A computational model quantifies the effect of anatomical variability on velopharyngeal function, Journal of Speech, Language, and Hearing Research 58 (4), 1119-1133 ABSJM Inouye, JL Perry, KY Lin, SS Blemker
Musculoskeletal simulation can help explain selective muscle degeneration in Duchenne muscular dystrophy, Muscle & nerve 52 (2), 174-182 ABS X Hu, SS Blemker
Agent-based computational model investigates muscle-specific responses to disuse-induced atrophy, Journal of Applied Physiology 118 (10), 1299-1309 KS Martin, SS Blemker, SM Peirce
A computational model of velopharyngeal closure for simulating cleft palate repair, Journal of Craniofacial Surgery 26 (3), 658-662 ABSJM Inouye, CM Pelland, KY Lin, KC Borowitz, SS Blemker
Multiscale models of skeletal muscle reveal the complex effects of muscular dystrophy on tissue mechanics and damage susceptibility, Interface focus 5 (2), 20140080 ABSKM Virgilio, KS Martin, SM Peirce, SS Blemker
Relationships of 35 lower limb muscles to height and body mass quantified using MRI, Journal of biomechanics 47 (3), 631-638 ABSGG Handsfield, CH Meyer, JM Hart, MF Abel, SS Blemker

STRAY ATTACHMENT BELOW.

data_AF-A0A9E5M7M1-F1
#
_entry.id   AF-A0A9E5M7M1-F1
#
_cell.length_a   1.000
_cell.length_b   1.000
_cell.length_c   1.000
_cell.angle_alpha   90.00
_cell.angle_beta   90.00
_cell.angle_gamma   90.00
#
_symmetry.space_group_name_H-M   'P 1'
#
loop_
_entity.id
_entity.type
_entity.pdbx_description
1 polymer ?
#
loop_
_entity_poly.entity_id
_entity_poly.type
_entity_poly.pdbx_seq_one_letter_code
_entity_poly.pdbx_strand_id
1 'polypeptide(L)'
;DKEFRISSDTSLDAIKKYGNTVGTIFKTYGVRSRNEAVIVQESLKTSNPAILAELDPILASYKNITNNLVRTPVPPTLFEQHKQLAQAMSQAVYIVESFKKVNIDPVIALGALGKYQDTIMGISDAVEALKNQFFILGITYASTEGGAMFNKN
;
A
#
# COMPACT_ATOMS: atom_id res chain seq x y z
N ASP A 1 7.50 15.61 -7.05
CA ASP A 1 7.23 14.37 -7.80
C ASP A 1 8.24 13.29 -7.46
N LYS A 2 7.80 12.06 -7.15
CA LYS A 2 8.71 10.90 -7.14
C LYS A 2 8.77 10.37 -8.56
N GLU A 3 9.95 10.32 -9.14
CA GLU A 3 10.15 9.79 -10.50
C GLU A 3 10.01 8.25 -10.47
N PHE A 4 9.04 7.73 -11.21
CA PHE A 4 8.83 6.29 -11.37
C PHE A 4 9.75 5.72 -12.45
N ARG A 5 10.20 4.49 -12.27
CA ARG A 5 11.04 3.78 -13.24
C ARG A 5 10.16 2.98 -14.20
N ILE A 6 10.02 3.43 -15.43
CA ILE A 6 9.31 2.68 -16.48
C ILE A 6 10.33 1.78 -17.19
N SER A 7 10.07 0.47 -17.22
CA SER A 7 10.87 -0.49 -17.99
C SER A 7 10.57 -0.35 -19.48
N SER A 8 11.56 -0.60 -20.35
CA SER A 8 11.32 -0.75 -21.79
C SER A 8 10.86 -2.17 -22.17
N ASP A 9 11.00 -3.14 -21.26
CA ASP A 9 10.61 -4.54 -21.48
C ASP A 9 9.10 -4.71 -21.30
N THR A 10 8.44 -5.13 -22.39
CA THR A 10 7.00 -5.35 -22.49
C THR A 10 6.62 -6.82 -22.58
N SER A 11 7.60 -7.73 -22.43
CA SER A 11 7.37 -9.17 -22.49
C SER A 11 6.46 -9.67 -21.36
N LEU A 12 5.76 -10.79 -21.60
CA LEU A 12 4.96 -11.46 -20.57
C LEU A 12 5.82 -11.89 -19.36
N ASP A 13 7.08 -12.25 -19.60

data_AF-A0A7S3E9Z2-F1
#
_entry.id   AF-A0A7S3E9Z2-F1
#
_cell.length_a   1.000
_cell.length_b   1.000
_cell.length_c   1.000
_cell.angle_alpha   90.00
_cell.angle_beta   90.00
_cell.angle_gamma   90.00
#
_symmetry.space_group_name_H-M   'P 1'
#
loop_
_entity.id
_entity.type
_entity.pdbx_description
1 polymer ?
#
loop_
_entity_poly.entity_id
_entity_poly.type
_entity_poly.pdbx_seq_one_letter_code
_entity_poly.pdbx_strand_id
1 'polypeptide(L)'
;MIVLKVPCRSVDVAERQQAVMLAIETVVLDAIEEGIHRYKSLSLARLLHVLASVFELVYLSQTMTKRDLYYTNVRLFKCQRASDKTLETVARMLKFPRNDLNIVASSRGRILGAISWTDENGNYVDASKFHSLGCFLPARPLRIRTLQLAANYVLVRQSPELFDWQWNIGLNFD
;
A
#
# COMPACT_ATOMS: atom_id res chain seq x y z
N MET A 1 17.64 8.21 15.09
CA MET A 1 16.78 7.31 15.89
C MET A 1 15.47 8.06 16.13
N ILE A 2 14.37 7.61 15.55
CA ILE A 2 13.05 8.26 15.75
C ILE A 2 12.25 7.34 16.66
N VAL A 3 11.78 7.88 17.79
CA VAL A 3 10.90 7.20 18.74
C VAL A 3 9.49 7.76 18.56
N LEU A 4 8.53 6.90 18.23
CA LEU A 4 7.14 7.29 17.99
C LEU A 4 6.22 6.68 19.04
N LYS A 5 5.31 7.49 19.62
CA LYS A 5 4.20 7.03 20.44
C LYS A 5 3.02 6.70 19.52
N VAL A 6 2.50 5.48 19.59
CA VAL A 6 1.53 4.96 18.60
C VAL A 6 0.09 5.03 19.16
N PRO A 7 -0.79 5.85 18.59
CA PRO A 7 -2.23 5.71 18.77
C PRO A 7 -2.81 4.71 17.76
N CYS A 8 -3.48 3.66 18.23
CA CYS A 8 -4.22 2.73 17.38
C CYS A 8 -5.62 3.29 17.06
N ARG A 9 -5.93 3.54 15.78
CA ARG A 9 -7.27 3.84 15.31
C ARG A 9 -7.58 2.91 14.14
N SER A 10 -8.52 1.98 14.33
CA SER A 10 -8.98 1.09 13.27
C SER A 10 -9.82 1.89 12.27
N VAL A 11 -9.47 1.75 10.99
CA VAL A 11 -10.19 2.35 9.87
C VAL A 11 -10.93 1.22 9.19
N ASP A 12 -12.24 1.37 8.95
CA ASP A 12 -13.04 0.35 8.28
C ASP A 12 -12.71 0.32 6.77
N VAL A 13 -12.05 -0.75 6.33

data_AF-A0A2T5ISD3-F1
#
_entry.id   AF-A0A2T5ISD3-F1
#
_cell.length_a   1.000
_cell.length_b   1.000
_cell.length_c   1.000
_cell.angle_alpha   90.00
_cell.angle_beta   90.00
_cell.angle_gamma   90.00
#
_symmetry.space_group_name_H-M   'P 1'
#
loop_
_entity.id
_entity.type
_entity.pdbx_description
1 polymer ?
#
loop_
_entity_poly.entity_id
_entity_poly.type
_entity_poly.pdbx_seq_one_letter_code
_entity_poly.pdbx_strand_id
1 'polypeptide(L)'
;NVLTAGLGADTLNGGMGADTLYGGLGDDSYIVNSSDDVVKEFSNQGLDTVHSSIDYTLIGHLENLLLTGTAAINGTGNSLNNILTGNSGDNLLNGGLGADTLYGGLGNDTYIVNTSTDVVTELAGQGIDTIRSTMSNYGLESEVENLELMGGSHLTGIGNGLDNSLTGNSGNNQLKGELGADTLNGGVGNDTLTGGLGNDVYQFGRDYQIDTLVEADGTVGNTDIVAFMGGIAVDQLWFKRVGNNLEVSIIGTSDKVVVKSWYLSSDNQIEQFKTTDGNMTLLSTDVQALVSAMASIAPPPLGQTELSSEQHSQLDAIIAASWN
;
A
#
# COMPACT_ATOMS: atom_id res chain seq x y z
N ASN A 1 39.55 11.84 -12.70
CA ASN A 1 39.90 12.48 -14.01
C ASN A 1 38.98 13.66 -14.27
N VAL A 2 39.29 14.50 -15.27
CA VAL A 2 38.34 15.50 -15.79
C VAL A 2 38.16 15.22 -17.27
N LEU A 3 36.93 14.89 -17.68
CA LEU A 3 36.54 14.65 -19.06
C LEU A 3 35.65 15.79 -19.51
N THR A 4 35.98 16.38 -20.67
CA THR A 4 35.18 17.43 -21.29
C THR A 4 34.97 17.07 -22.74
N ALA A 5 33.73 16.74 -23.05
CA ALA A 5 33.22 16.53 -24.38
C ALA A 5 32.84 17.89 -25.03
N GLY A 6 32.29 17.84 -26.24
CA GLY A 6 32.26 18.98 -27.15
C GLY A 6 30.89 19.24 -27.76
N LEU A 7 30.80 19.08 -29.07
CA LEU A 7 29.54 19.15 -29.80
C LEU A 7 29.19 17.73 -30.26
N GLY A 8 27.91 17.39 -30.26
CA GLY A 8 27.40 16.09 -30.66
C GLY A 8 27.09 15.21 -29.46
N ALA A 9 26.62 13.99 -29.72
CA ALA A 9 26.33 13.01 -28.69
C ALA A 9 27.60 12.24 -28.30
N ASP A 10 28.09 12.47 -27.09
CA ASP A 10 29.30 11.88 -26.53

The effects of aponeurosis geometry on strain injury susceptibility explored with a 3D muscle model, Journal of biomechanics 43 (13), 2574-2581 ABSMR Rehorn, SS Blemker
A 3D model of muscle reveals the causes of nonuniform strains in the biceps brachii, Journal of biomechanics 38 (4), 657-665 ABSSS Blemker, PM Pinsky, SL Delp
Three-dimensional representation of complex muscle architectures and geometries, Annals of biomedical engineering 33 (5), 661-673 ABSSS Blemker, SL Delp
Skeletal muscles are the motors for all of the wide range of voluntary movements. Each muscle's properties are beautifully tuned or "designed" for a specific function in the body. This tuning is achieved through variations in several structural components of muscle and can be easily disrupted by misuse or disease. The goal of our research is to identify the principles of muscle design by characterizing the relationships between muscle structure, mechanical properties, biology, and function. We are applying these findings to understanding and improving the treatments for musculoskeletal impairments associated with movement disorders, such as cerebral palsy.
We are integrating a variety of computational and experimental approaches to achieve this goal. We create computational models of the musculoskeletal system that describe the complex three-dimensional architecture and geometry of muscles. We also develop nonlinear constitutive relationships for muscle that represent the properties of muscle cells and extra-cellular connective tissues. We use dynamic magnetic resonance imaging techniques to study the deformation and motion of muscles during joint movement. We perform anatomical measurements and tissue testing to characterize the arrangements of proteins in muscle and to determine the material properties of muscle tissue.